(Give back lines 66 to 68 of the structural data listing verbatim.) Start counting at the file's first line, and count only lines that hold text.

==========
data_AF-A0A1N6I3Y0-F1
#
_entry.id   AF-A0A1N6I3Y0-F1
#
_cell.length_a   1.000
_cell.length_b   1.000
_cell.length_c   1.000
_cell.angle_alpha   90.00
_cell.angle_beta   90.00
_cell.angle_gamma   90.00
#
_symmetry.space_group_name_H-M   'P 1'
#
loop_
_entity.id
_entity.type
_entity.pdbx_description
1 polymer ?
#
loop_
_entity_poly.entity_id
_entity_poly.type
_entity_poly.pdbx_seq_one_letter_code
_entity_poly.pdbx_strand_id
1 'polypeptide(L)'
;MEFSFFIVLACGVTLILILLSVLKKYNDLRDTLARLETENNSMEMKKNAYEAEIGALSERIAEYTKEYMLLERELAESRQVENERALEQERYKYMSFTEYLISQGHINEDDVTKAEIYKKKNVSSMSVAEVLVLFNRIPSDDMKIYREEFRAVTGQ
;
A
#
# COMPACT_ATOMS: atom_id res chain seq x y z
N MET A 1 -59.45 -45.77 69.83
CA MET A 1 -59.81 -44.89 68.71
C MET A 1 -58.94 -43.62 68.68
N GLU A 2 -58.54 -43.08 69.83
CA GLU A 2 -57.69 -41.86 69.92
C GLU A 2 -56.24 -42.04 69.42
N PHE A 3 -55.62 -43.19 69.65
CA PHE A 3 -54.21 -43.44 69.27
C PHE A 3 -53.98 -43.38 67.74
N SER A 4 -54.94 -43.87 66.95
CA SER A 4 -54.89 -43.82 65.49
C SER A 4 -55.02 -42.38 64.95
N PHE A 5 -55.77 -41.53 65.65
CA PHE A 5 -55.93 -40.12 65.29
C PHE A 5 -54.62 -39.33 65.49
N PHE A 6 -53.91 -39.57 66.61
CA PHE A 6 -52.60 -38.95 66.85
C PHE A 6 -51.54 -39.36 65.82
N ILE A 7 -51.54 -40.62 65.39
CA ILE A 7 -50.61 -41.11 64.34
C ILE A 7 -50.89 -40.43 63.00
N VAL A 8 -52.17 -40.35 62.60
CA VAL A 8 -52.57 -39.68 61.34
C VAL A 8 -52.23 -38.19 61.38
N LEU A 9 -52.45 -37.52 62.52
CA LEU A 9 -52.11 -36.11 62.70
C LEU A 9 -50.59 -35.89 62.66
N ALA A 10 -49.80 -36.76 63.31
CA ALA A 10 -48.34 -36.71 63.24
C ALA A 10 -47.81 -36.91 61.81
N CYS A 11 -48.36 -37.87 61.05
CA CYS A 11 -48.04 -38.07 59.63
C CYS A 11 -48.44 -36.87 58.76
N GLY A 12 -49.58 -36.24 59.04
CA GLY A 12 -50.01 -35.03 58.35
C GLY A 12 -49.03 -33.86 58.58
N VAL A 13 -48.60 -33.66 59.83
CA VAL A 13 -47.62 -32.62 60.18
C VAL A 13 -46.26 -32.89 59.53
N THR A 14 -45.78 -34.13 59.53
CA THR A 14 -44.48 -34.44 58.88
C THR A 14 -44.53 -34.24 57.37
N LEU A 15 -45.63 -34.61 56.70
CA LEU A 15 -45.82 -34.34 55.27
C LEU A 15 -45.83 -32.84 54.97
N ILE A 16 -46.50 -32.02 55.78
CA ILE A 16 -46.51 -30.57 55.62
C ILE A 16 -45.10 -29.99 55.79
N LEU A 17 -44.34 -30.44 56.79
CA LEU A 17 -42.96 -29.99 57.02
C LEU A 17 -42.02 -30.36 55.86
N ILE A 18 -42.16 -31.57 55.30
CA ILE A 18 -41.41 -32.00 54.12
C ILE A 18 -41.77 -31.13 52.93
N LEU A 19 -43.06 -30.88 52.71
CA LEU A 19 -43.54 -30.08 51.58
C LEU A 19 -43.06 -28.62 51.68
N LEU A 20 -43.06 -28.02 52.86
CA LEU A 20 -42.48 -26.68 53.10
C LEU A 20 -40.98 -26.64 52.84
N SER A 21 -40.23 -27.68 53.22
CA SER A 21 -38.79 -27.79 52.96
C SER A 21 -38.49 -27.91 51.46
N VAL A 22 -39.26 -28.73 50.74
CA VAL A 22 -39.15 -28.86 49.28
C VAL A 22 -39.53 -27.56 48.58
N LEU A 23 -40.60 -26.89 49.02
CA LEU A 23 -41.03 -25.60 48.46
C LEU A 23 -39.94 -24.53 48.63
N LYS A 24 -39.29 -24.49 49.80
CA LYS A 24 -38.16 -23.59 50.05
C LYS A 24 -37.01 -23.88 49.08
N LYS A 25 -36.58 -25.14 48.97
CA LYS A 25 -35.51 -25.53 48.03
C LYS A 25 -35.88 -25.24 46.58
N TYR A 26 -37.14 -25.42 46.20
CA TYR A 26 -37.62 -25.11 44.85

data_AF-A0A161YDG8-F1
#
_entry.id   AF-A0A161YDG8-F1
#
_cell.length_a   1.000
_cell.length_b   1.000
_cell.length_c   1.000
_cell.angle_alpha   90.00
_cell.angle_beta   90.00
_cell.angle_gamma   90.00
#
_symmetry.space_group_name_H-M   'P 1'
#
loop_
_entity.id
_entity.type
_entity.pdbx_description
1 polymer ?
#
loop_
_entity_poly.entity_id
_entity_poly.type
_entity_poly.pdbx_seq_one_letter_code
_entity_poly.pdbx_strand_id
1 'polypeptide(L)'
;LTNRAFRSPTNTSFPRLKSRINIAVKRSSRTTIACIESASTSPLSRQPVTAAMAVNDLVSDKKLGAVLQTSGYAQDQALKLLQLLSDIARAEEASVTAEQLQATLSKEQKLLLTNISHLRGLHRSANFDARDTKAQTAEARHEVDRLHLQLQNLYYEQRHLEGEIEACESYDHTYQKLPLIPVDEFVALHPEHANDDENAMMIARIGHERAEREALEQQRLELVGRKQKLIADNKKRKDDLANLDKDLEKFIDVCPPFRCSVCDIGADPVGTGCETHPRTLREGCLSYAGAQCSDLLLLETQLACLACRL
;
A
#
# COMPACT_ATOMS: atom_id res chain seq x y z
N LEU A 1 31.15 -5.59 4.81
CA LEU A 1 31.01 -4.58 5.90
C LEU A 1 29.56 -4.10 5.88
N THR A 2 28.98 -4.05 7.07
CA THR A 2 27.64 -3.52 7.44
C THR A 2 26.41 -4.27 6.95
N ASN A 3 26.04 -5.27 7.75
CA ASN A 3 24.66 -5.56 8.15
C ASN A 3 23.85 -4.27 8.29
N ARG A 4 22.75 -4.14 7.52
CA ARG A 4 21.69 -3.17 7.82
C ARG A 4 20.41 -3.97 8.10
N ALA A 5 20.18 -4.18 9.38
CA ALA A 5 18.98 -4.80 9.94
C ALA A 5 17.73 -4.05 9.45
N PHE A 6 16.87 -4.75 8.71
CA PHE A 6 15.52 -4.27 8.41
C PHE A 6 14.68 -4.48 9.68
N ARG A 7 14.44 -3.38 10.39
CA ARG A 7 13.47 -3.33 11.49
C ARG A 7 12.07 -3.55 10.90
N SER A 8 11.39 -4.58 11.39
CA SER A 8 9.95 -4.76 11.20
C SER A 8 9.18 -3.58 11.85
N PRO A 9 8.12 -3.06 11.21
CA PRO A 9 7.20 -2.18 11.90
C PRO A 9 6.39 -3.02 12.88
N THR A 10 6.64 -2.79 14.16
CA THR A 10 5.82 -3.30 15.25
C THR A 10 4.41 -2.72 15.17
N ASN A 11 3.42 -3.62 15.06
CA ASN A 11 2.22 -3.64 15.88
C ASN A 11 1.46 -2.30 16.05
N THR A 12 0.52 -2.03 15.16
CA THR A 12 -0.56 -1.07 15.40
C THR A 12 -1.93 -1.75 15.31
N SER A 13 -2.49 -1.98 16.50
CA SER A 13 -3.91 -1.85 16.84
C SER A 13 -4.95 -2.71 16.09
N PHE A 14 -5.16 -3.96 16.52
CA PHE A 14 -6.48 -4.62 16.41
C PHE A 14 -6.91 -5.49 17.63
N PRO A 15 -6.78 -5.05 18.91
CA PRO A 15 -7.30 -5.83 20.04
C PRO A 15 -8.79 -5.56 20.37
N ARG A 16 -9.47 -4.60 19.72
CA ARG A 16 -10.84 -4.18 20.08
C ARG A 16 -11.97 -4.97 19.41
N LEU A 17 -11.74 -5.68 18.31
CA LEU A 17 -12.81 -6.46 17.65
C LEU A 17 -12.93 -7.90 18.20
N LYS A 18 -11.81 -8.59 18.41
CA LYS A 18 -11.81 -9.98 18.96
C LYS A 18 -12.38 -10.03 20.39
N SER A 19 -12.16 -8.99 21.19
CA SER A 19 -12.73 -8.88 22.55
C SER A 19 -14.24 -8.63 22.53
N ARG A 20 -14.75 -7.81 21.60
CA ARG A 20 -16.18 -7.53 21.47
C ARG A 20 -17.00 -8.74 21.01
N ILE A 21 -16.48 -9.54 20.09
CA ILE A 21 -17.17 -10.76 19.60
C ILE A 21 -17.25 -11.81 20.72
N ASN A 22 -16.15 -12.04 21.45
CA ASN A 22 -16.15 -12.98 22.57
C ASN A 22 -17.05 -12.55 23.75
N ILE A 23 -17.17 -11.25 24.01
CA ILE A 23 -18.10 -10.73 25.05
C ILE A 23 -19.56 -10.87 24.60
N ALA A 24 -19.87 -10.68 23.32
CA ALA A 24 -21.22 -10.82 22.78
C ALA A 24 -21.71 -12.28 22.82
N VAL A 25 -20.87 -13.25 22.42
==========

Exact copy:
C GLY A 12 -49.03 -33.86 58.58
N VAL A 13 -48.60 -33.66 59.83
CA VAL A 13 -47.62 -32.62 60.18